University of Regina study aimed at improving mental health for police, emergency workers around world

Nearly 1,000 RCMP recruits are involved in a University of Regina study that aims to measure the effectiveness of preventative mental health training. Its creators say it could one day impact police officers, firefighters and other safety personnel around the world.

Nearly 1,000 RCMP recruits participating in 10-year study

The RCMP is participating in a University of Regina study to evaluate preventative training that may better protect officers from traumatic stress injuries. (Troy Fleece/The Canadian Press)

Researchers conducting a study in Saskatchewan believe it could have a ripple effect all over the world.

The University of Regina and the RCMP have teamed up to look at how officers are trained to avoid PTSI, or post traumatic stress injuries. It will involve nearly 1,000 RCMP cadets, who will provide data from recruitment through the first five years of their career. 

Nicholas Carleton, a professor of psychiatry at the U of R, is leading the study and has been working on it since 2015. He said there is growing awareness of the importance of mental health, but treating officers after they experience trauma is unsustainable and inefficient.

On the other hand, the effectiveness of preventative training programs has not been adequately tested.

"You've got more than 200, nearly 300 different programs that are being offered to various public safety personnel as programs that are designed to protect their mental health, but there is almost none of them, just a handful, that have any research evidence behind them at all," he said.

A head shot of professor Nicholas Carleton. He is wearing a black suit, white shirt, and patterned light blue tie. He stands before a white background.
Nicholas Carleton is a professor of Psychology in the University of Regina's Faculty of Arts. (Submitted by University of Regina)

In June, a new "enhanced" training regimen building on previous techniques was put in place for the cadets involved in the study. The study could run as long as 10 years and is longitudinal in structure, meaning cadets entered into it on their first day at the RCMP's training Depot in Regina and will remain participants through the first five years of their career once they become active duty officers. That will allow for continual assessment of the training's efficacy as they experience traumatic events on the job.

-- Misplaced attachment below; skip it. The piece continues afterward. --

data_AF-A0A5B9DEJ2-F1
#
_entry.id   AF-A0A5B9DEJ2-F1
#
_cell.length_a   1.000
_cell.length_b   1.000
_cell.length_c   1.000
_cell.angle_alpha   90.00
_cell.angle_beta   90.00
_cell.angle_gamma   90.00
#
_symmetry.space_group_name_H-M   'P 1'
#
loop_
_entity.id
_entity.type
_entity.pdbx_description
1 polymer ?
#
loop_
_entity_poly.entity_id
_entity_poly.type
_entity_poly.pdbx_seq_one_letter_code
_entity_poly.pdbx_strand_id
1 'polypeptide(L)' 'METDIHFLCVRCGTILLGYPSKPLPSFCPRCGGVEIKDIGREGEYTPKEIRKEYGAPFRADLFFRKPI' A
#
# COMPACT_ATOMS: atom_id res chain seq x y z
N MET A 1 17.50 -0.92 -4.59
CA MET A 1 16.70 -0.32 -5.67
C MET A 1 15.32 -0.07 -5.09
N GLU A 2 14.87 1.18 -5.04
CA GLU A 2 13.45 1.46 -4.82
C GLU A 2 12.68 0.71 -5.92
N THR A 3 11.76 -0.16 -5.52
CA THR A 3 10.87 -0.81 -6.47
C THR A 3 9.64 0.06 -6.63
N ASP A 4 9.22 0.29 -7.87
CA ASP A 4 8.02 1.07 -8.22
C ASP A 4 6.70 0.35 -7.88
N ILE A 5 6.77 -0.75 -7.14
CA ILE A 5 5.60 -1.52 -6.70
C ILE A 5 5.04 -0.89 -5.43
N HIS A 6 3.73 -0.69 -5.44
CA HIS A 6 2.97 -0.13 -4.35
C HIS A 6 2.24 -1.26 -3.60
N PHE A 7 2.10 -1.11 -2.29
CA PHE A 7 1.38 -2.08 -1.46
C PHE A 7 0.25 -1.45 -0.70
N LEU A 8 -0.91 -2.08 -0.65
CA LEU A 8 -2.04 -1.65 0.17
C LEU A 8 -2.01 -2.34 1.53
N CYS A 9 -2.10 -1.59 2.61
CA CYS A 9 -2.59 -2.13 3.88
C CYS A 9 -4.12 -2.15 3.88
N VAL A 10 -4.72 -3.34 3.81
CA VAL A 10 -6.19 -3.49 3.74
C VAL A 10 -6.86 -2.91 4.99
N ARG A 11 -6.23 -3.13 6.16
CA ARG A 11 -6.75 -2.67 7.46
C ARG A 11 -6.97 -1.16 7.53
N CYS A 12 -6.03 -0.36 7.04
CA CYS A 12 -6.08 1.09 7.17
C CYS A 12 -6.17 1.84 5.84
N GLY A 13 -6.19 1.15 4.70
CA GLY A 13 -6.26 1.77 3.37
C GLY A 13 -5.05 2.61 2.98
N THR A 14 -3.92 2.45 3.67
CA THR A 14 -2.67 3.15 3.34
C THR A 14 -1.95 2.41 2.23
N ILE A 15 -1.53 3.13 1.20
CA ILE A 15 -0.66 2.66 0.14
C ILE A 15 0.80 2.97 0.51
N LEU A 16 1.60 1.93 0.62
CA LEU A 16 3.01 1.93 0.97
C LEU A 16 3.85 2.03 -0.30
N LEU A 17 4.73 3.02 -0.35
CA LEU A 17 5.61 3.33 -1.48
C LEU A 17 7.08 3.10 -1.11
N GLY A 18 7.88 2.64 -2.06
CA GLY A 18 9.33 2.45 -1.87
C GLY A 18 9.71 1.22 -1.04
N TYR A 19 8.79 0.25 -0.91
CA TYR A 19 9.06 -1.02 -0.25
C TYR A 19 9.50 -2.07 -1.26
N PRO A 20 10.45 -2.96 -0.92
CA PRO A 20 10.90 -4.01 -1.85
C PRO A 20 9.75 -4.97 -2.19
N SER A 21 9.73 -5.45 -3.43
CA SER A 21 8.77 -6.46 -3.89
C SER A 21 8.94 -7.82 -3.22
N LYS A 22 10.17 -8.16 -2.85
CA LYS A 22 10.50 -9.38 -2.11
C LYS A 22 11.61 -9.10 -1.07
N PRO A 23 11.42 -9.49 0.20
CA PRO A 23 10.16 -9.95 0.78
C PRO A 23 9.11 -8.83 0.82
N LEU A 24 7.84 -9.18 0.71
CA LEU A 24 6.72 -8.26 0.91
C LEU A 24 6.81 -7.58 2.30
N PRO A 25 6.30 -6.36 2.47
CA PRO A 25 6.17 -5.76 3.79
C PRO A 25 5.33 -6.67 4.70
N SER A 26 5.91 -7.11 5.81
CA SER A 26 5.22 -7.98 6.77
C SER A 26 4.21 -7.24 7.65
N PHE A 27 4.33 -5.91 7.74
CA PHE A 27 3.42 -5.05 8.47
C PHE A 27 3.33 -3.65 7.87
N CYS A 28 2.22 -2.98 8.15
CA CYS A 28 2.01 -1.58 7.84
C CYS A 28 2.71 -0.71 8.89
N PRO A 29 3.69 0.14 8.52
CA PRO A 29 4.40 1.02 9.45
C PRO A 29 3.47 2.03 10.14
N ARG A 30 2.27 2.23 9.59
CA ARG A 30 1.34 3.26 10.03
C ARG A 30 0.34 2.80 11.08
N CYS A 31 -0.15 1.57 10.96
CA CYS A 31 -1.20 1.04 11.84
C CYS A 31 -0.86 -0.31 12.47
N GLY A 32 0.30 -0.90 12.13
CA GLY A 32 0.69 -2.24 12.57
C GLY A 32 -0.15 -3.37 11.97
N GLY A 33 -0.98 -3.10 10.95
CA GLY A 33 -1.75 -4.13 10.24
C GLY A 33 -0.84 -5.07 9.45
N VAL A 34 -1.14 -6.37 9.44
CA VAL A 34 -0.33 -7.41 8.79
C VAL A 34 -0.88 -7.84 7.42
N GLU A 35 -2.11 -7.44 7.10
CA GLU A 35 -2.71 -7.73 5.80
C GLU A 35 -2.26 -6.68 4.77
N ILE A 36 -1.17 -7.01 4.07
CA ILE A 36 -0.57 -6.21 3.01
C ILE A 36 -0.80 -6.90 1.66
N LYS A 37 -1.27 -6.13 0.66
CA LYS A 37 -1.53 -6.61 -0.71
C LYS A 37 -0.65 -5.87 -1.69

"Folks like you and I are going to be exposed to fewer than five [traumatic events] in our lifetime," said Carleton. "Maybe not even any in our lifetime. But it certainly wouldn't be uncommon for any of these folks to be exposed to hundreds, thousands, even tens of thousands of these in their lifetimes." 

Carleton said it's possible the results could one day be used to protect police officers, firefighters, paramedics and other public safety personnel all over the world.

Data from the study's early days has already been collected and is currently being peer reviewed before it can be published.

Carleton said it is, to his knowledge, the largest study of police officers ever undertaken.

A new mindset for the Mounties

Recruitment was completed for the study's full complement of 960 new cadets in June.

Cpl. Sean O'Keefe, a 15-year veteran, is one of the more senior RCMP members facilitating the training to new cadets. While the study is just starting to gear up, he said it has already had a positive impact on new cadets and the organization as a whole.

He said a larger cultural shift and the service's involvement in the study have helped address stigmas about mental health that prevented important conversations.

"Now we're seeing a lot more prevalence of discussion around what is mental health, how do we maintain mental health, how do we improve it. And it's a very welcome atmosphere to be in," said O'Keefe.

As a training facilitator, he drew a parallel to recruits and officers being expected to take care of their physical body and being educated on ways to make that happen. He said maintaining healthy minds will keep officers working longer and more effectively in their communities, and may make them more emotionally aware and better-equipped when responding to calls that are more mental health-related than criminal in nature.

He said he would have welcomed such a mindset when he began his career in Manitoba in 2007.

"The type of training that the cadets are receiving here now is truly beneficial and something that I know I could've benefited from before I went out into those communities," O'Keefe said.


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